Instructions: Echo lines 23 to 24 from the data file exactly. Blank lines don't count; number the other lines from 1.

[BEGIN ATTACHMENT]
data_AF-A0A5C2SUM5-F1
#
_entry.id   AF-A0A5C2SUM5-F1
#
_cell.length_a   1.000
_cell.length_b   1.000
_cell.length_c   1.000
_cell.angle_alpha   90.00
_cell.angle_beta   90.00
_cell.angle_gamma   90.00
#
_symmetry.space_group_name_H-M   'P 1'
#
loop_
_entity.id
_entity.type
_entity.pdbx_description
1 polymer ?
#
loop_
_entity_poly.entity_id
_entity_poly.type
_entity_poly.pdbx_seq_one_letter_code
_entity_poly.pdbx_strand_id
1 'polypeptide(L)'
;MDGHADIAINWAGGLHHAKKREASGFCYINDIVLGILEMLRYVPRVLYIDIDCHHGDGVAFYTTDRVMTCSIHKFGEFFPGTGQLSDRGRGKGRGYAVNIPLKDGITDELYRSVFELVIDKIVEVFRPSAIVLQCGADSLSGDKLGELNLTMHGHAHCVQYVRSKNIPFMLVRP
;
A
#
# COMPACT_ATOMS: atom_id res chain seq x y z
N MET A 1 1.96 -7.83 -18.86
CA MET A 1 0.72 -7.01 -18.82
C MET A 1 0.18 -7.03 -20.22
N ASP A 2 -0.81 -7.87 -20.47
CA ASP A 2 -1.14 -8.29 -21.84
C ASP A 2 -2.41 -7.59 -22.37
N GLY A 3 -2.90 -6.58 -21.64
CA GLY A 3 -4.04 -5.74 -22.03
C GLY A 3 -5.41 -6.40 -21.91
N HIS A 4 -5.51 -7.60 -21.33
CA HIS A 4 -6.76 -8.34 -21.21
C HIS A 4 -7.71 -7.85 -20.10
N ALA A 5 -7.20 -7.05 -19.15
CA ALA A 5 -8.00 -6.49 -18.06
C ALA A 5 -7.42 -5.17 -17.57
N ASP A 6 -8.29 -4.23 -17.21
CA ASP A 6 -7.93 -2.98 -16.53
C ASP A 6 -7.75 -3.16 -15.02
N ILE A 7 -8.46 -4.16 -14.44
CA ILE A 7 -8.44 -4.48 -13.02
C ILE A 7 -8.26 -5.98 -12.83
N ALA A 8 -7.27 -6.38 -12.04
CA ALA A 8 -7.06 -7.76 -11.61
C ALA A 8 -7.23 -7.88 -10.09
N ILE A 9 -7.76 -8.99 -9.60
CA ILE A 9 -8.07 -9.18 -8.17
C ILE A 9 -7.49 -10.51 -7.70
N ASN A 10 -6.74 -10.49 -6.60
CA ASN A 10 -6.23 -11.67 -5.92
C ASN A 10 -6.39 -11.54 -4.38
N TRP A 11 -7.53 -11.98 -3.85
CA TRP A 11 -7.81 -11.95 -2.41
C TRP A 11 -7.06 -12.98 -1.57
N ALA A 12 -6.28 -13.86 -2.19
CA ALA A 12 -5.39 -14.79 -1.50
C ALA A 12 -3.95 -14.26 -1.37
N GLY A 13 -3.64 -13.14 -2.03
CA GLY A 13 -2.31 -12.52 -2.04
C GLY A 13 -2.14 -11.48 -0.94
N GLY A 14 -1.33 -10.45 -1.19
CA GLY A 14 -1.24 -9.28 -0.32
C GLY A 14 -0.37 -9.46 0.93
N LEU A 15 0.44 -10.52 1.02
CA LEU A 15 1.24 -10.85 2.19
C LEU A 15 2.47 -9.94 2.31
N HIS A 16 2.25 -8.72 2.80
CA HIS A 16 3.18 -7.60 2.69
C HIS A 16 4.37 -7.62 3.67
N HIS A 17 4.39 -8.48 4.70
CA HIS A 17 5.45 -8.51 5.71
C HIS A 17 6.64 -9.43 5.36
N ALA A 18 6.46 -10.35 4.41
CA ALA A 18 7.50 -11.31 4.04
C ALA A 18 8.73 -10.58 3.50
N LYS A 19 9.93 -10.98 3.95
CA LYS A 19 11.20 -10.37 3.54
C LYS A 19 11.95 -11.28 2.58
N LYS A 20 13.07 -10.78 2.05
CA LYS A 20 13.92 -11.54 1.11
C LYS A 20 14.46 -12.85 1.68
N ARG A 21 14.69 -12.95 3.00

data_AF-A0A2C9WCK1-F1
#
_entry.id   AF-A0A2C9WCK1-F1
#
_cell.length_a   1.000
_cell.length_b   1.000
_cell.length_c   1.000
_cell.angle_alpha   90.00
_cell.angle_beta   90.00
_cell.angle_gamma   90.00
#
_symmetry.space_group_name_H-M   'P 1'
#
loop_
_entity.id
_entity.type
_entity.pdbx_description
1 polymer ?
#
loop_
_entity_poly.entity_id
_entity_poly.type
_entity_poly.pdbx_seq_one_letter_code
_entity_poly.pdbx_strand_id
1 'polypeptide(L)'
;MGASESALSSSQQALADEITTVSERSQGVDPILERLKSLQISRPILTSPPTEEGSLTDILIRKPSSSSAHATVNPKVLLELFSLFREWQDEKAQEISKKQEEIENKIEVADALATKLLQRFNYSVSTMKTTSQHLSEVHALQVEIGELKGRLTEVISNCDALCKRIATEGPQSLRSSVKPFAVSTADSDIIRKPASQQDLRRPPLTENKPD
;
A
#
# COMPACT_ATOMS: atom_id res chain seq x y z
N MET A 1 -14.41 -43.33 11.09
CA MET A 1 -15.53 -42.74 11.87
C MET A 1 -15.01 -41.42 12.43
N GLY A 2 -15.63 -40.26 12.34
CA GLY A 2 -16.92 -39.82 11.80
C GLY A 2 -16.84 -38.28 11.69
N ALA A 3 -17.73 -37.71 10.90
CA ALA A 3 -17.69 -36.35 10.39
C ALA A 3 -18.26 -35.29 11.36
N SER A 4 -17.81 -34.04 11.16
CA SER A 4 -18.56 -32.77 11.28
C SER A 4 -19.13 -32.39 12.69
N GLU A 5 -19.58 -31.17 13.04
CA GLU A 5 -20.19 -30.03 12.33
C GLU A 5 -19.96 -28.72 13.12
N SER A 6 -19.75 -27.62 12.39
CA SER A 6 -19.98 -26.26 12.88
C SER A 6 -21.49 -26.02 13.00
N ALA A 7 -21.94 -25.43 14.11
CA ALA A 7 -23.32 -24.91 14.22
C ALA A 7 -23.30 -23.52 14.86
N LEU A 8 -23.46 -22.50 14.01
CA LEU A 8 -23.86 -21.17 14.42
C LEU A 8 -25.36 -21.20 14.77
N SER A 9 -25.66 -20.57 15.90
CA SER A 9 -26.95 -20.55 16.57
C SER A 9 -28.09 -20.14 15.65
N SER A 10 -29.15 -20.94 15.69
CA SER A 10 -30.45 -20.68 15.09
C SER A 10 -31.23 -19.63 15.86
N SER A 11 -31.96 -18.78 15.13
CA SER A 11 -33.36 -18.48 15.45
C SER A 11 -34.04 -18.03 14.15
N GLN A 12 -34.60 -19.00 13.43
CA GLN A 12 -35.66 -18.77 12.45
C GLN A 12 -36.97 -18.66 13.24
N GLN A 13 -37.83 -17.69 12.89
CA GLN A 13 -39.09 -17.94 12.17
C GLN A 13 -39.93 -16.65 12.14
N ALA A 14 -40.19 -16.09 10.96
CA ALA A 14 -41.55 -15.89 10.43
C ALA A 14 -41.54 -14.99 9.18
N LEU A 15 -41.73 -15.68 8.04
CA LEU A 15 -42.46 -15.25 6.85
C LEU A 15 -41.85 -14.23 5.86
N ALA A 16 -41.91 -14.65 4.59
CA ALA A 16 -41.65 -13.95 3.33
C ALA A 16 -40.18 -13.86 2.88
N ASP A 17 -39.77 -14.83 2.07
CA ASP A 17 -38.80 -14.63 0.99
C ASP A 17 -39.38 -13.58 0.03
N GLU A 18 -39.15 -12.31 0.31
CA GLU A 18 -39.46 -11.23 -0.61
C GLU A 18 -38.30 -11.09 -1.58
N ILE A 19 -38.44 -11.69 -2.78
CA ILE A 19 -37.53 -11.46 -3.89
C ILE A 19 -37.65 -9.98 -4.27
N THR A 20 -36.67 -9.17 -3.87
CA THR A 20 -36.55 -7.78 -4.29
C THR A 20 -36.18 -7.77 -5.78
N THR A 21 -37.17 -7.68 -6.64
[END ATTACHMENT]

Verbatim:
_entity_poly.pdbx_seq_one_letter_code
_entity_poly.pdbx_strand_id